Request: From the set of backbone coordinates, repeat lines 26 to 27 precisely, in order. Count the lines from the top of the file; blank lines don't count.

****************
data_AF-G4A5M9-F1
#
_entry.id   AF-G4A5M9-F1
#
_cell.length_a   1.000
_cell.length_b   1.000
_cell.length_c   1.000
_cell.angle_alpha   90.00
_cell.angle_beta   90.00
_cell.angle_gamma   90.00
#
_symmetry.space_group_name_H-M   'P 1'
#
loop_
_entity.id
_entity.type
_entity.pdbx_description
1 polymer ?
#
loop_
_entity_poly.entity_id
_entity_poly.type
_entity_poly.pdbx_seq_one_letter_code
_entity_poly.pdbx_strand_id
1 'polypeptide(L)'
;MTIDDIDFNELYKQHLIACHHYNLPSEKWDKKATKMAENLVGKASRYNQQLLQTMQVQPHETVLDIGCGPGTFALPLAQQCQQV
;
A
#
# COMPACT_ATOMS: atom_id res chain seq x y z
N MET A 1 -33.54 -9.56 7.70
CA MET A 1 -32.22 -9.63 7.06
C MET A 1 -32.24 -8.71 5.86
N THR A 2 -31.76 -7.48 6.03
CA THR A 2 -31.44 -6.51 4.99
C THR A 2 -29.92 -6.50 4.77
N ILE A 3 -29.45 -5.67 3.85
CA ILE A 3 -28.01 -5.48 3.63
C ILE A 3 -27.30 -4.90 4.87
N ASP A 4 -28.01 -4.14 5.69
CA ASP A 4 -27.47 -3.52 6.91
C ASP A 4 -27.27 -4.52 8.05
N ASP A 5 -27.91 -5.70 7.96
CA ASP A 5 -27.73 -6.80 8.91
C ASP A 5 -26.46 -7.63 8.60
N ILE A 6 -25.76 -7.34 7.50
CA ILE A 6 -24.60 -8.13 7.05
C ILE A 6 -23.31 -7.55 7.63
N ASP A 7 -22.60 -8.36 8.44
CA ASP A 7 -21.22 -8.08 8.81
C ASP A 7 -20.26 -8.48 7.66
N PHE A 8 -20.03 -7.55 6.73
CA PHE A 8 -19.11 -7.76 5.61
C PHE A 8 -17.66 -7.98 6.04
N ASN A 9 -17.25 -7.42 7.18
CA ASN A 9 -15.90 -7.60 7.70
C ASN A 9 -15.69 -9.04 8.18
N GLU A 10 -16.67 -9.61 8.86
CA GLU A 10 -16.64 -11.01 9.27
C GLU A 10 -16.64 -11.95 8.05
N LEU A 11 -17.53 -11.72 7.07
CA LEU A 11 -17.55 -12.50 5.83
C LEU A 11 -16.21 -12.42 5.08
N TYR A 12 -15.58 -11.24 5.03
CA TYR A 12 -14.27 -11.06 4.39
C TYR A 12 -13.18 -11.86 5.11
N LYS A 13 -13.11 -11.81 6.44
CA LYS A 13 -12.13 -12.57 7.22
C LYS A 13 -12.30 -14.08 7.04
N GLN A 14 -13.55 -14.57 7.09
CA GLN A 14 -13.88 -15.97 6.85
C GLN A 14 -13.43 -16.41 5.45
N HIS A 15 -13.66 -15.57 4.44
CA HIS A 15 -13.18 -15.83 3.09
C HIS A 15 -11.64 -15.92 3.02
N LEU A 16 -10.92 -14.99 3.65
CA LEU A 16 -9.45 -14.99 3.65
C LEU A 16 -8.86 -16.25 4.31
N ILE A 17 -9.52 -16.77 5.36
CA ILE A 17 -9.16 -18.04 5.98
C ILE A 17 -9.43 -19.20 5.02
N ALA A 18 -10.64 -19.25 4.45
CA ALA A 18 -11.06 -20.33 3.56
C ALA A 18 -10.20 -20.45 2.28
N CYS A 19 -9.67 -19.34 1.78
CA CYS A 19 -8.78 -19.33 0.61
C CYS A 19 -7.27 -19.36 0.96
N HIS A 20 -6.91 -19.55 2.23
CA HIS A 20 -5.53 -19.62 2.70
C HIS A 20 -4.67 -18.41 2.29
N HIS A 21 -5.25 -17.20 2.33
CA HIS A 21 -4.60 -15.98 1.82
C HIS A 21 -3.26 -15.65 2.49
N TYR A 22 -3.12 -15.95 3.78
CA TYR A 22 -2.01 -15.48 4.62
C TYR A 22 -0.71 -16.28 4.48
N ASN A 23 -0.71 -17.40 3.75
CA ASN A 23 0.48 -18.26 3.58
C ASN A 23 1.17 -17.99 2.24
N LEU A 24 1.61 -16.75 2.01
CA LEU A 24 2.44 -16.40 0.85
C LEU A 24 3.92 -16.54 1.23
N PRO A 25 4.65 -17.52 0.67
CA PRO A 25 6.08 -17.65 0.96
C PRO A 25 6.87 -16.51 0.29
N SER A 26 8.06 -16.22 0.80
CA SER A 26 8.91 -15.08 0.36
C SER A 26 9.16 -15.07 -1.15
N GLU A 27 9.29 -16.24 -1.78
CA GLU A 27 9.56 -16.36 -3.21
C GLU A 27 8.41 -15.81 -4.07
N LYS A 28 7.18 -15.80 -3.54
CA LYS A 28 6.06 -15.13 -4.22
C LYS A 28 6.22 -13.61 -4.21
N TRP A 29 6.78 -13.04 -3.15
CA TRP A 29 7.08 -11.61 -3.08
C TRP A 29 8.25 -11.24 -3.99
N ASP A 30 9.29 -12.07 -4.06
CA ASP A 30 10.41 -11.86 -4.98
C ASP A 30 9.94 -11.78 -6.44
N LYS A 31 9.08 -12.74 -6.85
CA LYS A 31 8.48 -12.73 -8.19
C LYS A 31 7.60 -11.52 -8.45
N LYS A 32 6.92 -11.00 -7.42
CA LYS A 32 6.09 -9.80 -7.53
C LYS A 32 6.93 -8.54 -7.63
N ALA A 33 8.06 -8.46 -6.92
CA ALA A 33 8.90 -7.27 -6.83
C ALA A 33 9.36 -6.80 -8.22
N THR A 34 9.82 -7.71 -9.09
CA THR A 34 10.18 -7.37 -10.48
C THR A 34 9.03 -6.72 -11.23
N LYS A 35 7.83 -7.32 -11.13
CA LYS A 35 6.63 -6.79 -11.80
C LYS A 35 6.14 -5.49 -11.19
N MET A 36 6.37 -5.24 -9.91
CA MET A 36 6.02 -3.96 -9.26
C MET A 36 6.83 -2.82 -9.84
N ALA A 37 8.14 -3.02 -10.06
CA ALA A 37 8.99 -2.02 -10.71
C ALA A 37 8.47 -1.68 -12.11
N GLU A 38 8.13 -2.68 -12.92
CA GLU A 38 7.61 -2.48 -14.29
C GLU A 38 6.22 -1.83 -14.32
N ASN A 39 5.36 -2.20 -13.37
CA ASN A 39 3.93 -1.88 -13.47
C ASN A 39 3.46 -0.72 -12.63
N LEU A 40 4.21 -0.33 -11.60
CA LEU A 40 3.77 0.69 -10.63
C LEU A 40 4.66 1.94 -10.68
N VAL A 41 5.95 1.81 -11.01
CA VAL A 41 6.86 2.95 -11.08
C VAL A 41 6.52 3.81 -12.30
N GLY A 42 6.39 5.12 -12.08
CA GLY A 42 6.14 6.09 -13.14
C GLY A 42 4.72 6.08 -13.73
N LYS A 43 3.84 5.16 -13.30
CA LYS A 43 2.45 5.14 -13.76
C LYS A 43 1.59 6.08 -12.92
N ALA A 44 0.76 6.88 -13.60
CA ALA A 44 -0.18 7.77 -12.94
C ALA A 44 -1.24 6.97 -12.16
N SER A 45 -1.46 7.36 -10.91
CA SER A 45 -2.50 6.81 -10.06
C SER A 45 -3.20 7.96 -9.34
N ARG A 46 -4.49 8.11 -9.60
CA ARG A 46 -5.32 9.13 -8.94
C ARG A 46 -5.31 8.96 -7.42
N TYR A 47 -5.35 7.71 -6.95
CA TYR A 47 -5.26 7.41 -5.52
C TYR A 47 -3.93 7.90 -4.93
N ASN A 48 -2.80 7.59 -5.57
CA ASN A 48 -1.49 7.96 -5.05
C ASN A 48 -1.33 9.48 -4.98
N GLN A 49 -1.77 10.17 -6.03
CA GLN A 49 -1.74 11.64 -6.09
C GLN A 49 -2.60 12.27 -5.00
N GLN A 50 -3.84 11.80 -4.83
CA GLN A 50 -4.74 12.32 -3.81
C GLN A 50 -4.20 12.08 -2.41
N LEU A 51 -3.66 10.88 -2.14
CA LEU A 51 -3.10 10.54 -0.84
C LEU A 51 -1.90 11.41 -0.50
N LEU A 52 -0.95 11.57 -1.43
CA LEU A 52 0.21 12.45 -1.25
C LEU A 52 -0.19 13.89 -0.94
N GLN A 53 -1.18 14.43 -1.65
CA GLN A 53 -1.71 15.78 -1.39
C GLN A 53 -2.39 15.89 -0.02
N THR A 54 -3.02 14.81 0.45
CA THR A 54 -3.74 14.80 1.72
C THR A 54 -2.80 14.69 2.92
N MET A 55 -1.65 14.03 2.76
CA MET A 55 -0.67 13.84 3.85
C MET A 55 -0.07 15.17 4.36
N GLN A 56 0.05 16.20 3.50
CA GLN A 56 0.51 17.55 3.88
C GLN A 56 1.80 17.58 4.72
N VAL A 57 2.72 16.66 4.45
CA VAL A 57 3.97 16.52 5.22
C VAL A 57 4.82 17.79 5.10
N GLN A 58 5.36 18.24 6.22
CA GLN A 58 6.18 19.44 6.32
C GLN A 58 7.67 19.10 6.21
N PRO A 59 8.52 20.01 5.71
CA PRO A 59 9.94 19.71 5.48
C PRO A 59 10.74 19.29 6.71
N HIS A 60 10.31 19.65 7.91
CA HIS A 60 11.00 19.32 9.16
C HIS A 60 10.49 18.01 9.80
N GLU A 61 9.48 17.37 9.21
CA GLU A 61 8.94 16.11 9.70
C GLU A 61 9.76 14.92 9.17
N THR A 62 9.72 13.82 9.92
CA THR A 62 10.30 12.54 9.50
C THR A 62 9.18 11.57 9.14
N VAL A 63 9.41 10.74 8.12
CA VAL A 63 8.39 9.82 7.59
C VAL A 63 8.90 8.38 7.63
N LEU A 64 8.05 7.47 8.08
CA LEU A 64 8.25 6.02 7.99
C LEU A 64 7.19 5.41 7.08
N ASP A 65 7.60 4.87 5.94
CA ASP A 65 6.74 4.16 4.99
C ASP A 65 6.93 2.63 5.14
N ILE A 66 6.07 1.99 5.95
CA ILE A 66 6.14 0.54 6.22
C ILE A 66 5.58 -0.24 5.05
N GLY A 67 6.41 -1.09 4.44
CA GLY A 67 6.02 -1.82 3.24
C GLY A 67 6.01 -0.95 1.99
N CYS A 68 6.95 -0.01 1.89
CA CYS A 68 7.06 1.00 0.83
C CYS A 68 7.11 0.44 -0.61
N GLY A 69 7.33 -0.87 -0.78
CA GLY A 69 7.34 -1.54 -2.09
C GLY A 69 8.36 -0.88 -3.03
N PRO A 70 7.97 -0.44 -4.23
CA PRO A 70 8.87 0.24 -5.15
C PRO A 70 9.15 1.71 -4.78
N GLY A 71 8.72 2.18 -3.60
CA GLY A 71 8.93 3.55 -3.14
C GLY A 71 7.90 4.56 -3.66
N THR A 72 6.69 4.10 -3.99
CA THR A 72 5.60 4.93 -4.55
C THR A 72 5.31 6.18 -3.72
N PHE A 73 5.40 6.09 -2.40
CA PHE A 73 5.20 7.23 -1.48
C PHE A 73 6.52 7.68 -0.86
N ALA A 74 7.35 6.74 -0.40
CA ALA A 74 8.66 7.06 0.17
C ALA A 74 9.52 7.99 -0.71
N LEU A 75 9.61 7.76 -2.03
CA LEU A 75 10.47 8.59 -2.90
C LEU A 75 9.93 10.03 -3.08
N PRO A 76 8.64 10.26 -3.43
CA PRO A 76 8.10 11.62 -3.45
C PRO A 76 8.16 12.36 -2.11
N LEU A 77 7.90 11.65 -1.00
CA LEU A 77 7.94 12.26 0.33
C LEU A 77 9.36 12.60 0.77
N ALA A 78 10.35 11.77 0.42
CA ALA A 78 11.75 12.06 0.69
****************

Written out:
;MTIDDIDFNELYKQHLIACHHYNLPSEKWDKKATKMAENLVGKASRYNQQLLQTMQVQPHETVLDIGCGPGTFALPLAQQCQQV
;